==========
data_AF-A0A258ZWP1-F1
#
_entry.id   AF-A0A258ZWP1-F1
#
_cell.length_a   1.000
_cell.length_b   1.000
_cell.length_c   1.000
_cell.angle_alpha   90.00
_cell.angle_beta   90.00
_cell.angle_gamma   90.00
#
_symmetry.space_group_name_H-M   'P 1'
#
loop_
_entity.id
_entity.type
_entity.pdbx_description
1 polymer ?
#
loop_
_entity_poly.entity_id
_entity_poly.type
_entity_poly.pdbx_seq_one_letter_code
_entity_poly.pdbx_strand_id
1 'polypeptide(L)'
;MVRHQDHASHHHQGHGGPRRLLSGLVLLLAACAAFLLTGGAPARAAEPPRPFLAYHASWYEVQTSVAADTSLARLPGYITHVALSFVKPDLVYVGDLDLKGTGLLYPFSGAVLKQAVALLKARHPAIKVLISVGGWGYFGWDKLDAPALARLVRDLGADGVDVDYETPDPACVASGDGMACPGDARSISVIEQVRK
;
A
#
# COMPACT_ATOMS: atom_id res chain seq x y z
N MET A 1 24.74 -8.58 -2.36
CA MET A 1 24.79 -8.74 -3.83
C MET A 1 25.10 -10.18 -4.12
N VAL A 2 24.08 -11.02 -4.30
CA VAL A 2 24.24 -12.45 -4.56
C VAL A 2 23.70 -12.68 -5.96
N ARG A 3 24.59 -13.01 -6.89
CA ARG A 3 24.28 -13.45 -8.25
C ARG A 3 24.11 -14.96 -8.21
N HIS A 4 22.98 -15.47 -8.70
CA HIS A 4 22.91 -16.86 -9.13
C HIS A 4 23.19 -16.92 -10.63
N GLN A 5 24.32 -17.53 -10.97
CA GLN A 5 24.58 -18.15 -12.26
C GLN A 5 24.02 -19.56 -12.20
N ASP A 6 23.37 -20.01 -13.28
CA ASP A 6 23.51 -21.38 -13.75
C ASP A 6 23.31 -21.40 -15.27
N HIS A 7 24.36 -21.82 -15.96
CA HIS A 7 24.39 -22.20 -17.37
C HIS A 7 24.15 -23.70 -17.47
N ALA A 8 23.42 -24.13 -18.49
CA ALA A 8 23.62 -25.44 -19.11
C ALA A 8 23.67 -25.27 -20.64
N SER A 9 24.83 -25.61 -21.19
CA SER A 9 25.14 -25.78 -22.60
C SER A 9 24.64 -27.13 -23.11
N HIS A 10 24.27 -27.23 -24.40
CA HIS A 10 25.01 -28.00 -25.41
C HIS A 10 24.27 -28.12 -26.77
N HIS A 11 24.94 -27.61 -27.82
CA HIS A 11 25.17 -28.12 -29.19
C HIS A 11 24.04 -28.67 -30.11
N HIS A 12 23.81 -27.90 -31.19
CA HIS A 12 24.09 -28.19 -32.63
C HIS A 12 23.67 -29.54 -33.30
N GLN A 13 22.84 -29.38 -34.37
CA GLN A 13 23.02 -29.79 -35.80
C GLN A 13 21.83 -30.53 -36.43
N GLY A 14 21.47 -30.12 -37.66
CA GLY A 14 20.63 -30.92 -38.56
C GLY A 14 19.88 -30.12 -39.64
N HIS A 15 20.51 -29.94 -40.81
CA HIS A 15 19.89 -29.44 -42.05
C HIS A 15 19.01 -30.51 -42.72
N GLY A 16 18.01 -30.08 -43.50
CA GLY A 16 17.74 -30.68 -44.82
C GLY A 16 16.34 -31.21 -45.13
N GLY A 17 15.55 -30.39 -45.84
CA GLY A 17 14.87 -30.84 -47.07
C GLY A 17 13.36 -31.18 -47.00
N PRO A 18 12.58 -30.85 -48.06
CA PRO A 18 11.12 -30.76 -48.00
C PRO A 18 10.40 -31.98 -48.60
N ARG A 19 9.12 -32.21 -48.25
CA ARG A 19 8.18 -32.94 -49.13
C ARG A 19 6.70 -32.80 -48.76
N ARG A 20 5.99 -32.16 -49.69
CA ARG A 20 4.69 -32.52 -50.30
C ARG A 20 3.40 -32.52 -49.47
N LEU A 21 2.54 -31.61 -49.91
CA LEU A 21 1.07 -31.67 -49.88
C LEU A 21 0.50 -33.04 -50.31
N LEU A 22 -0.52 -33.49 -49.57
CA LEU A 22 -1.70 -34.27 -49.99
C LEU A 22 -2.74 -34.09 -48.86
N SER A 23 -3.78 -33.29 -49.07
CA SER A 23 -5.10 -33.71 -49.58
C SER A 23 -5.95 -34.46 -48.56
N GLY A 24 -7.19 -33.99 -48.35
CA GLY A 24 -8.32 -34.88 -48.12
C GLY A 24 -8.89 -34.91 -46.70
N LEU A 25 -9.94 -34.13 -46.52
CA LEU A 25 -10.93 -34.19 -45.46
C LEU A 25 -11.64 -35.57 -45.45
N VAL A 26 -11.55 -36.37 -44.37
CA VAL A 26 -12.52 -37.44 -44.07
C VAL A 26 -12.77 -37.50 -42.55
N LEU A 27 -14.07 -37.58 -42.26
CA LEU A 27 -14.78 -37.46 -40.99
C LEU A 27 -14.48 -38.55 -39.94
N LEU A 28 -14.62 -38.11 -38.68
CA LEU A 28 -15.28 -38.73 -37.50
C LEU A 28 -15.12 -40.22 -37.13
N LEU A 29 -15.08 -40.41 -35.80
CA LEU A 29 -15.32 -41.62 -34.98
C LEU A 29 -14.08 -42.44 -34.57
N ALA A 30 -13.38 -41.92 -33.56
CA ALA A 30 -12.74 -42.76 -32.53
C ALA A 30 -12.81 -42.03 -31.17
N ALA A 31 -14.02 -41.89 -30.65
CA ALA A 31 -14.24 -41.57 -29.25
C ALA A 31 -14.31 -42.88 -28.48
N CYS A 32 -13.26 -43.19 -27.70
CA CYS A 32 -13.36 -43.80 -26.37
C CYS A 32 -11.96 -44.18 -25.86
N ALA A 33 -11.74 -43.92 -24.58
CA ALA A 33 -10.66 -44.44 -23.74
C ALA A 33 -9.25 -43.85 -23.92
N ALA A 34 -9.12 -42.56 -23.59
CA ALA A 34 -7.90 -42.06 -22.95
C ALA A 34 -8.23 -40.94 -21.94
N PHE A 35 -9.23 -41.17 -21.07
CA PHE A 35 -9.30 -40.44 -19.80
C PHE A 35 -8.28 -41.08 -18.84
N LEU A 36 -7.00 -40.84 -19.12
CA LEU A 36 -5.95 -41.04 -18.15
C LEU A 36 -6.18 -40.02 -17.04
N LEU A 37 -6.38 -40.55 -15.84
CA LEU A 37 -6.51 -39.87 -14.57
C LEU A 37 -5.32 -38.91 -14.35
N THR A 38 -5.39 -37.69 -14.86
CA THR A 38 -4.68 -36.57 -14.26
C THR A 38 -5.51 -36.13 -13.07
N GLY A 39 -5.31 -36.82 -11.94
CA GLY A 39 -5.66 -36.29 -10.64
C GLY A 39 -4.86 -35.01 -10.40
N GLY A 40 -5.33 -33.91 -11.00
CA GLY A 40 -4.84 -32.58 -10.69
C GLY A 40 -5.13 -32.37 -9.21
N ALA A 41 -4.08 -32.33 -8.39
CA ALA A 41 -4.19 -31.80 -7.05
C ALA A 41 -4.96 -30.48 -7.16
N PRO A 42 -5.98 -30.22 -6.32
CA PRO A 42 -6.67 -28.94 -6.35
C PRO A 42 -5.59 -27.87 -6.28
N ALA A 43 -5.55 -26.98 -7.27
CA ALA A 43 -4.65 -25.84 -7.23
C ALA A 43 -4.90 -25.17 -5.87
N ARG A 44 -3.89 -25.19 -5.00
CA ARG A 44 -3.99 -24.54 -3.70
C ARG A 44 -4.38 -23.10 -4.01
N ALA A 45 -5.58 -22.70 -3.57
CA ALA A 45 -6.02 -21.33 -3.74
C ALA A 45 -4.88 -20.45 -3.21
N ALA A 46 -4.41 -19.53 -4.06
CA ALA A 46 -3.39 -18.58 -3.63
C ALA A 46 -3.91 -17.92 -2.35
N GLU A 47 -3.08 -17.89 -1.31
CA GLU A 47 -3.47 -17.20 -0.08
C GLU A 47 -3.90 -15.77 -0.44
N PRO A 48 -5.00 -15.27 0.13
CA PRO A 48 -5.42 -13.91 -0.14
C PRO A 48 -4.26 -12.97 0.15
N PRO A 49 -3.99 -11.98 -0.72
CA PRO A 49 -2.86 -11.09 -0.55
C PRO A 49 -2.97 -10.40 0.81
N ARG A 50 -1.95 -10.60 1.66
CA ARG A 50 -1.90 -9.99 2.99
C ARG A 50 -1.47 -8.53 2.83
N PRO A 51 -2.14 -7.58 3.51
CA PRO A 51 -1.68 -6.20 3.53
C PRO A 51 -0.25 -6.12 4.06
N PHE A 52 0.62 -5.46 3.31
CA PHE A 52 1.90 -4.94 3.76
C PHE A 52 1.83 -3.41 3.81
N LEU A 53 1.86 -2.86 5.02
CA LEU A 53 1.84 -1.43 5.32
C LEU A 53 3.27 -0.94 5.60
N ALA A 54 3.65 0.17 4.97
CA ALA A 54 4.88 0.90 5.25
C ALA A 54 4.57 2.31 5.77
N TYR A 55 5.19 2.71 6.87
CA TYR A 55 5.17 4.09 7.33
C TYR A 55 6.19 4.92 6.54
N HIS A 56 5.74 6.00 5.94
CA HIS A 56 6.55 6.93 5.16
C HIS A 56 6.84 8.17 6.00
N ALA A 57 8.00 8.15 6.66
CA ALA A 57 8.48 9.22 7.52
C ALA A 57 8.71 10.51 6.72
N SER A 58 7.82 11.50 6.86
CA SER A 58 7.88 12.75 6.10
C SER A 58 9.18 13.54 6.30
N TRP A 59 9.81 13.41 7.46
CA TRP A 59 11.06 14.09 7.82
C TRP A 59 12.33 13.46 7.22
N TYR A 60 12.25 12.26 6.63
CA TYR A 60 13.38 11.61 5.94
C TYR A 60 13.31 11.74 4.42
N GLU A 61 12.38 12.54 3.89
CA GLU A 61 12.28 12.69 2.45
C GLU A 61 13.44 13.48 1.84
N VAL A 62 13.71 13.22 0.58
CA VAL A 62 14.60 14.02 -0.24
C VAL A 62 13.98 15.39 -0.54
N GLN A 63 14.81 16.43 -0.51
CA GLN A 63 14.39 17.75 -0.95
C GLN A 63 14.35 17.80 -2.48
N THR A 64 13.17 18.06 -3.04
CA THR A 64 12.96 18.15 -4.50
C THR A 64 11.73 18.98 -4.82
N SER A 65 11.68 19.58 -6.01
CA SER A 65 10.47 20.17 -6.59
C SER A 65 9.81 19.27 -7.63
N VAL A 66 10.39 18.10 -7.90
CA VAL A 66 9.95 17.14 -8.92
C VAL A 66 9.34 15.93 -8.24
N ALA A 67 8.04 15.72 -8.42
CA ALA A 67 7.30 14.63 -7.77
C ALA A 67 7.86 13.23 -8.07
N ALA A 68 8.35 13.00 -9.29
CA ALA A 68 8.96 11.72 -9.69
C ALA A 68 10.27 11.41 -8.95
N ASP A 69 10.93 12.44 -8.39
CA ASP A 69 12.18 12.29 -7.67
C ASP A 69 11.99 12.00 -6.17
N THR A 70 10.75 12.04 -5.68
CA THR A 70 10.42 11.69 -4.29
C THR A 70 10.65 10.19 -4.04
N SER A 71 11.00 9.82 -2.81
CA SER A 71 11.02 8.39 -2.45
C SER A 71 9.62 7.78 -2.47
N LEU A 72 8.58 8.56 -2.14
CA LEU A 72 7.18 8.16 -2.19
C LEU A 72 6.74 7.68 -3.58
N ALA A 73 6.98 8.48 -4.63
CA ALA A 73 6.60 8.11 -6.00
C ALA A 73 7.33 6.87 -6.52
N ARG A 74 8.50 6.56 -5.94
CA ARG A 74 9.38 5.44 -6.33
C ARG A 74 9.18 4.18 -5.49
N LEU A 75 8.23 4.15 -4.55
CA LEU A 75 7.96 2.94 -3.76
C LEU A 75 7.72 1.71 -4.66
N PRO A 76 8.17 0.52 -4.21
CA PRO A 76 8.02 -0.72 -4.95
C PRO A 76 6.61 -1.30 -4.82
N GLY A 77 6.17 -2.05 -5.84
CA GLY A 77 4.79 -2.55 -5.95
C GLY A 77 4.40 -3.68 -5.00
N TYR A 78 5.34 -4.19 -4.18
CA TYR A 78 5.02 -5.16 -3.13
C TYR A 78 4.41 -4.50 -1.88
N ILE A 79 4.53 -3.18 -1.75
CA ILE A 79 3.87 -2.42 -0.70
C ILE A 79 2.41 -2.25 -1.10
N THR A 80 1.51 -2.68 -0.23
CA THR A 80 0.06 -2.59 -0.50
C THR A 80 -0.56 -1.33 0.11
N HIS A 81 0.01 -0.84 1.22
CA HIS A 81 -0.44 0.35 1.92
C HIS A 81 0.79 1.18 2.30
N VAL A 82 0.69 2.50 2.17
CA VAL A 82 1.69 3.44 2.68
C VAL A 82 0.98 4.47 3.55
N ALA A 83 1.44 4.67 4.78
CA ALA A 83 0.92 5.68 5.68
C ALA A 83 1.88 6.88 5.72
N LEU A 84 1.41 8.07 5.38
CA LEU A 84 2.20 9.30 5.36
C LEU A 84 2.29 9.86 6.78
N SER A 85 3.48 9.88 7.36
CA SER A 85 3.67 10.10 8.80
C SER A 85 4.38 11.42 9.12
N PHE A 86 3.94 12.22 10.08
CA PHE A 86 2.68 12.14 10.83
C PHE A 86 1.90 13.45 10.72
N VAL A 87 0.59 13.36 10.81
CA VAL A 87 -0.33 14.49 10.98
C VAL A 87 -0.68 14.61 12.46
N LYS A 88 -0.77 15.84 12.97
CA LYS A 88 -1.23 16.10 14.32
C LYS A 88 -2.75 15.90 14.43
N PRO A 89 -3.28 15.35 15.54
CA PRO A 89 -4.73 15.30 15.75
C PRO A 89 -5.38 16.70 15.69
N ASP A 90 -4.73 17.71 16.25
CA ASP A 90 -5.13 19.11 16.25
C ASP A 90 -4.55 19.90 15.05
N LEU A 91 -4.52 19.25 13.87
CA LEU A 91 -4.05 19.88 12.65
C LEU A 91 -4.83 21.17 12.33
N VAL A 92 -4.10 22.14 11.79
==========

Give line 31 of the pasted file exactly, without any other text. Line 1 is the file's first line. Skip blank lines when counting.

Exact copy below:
N MET A 1 24.74 -8.58 -2.36